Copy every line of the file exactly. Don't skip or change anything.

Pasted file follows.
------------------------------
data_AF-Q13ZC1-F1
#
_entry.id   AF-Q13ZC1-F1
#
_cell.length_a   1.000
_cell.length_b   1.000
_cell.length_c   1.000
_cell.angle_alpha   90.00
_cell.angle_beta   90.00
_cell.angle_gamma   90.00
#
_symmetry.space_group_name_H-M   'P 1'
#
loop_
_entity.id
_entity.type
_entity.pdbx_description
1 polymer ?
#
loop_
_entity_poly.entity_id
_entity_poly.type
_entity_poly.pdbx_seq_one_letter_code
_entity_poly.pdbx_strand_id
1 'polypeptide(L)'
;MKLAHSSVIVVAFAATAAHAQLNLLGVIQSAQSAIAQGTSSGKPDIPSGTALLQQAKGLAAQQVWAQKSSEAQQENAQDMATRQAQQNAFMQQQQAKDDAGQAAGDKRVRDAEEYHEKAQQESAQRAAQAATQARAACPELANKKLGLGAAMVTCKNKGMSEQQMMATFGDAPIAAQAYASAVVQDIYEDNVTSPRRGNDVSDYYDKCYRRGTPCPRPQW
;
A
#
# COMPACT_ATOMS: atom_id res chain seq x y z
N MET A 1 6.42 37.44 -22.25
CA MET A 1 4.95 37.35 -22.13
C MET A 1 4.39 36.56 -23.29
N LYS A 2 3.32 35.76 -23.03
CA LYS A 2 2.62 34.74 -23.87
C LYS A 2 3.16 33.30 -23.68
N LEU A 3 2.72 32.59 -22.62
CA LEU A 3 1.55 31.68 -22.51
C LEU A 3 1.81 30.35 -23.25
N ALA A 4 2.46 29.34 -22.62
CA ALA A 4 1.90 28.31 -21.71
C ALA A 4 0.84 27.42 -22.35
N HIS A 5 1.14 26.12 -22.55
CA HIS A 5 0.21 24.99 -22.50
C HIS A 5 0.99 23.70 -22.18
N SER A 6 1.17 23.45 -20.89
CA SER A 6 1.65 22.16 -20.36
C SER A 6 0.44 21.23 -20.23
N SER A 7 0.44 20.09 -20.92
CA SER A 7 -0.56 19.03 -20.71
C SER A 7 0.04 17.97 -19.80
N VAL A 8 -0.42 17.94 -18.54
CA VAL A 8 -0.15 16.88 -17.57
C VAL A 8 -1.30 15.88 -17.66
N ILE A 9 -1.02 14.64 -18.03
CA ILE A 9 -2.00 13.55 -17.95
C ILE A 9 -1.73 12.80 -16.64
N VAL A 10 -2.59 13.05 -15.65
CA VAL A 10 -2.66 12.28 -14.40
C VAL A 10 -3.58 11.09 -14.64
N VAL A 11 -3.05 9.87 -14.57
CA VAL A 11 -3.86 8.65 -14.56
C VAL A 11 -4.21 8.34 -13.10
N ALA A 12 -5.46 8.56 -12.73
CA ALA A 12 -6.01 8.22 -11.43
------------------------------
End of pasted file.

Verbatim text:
data_AF-Q13ZC1-F1
#
_entry.id   AF-Q13ZC1-F1
#
_cell.length_a   1.000
_cell.length_b   1.000
_cell.length_c   1.000
_cell.angle_alpha   90.00
_cell.angle_beta   90.00
_cell.angle_gamma   90.00
#
_symmetry.space_group_name_H-M   'P 1'
#
loop_
_entity.id
_entity.type
_entity.pdbx_description
1 polymer ?
#
loop_
_entity_poly.entity_id
_entity_poly.type
_entity_poly.pdbx_seq_one_letter_code
_entity_poly.pdbx_strand_id
1 'polypeptide(L)'
;MKLAHSSVIVVAFAATAAHAQLNLLGVIQSAQSAIAQGTSSGKPDIPSGTALLQQAKGLAAQQVWAQKSSEAQQENAQDMATRQAQQNAFMQQQQAKDDAGQAAGDKRVRDAEEYHEKAQQESAQRAAQAATQARAACPELANKKLGLGAAMVTCKNKGMSEQQMMATFGDAPIAAQAYASAVVQDIYEDNVTSPRRGNDVSDYYDKCYRRGTPCPRPQW
;
A
#
# COMPACT_ATOMS: atom_id res chain seq x y z
N MET A 1 6.42 37.44 -22.25
CA MET A 1 4.95 37.35 -22.13
C MET A 1 4.39 36.56 -23.29
N LYS A 2 3.32 35.76 -23.03
CA LYS A 2 2.62 34.74 -23.87
C LYS A 2 3.16 33.30 -23.68
N LEU A 3 2.72 32.59 -22.62
CA LEU A 3 1.55 31.68 -22.51
C LEU A 3 1.81 30.35 -23.25
N ALA A 4 2.46 29.34 -22.62
CA ALA A 4 1.90 28.31 -21.71
C ALA A 4 0.84 27.42 -22.35
N HIS A 5 1.14 26.12 -22.55
CA HIS A 5 0.21 24.99 -22.50
C HIS A 5 0.99 23.70 -22.18
N SER A 6 1.17 23.45 -20.89
CA SER A 6 1.65 22.16 -20.36
C SER A 6 0.44 21.23 -20.23
N SER A 7 0.44 20.09 -20.92
CA SER A 7 -0.56 19.03 -20.71
C SER A 7 0.04 17.97 -19.80
N VAL A 8 -0.42 17.94 -18.54
CA VAL A 8 -0.15 16.88 -17.57
C VAL A 8 -1.30 15.88 -17.66
N ILE A 9 -1.02 14.64 -18.03
CA ILE A 9 -2.00 13.55 -17.95
C ILE A 9 -1.73 12.80 -16.64
N VAL A 10 -2.59 13.05 -15.65
CA VAL A 10 -2.66 12.28 -14.40
C VAL A 10 -3.58 11.09 -14.64
N VAL A 11 -3.05 9.87 -14.57
CA VAL A 11 -3.86 8.65 -14.56
C VAL A 11 -4.21 8.34 -13.10
N ALA A 12 -5.46 8.56 -12.73
CA ALA A 12 -6.01 8.22 -11.43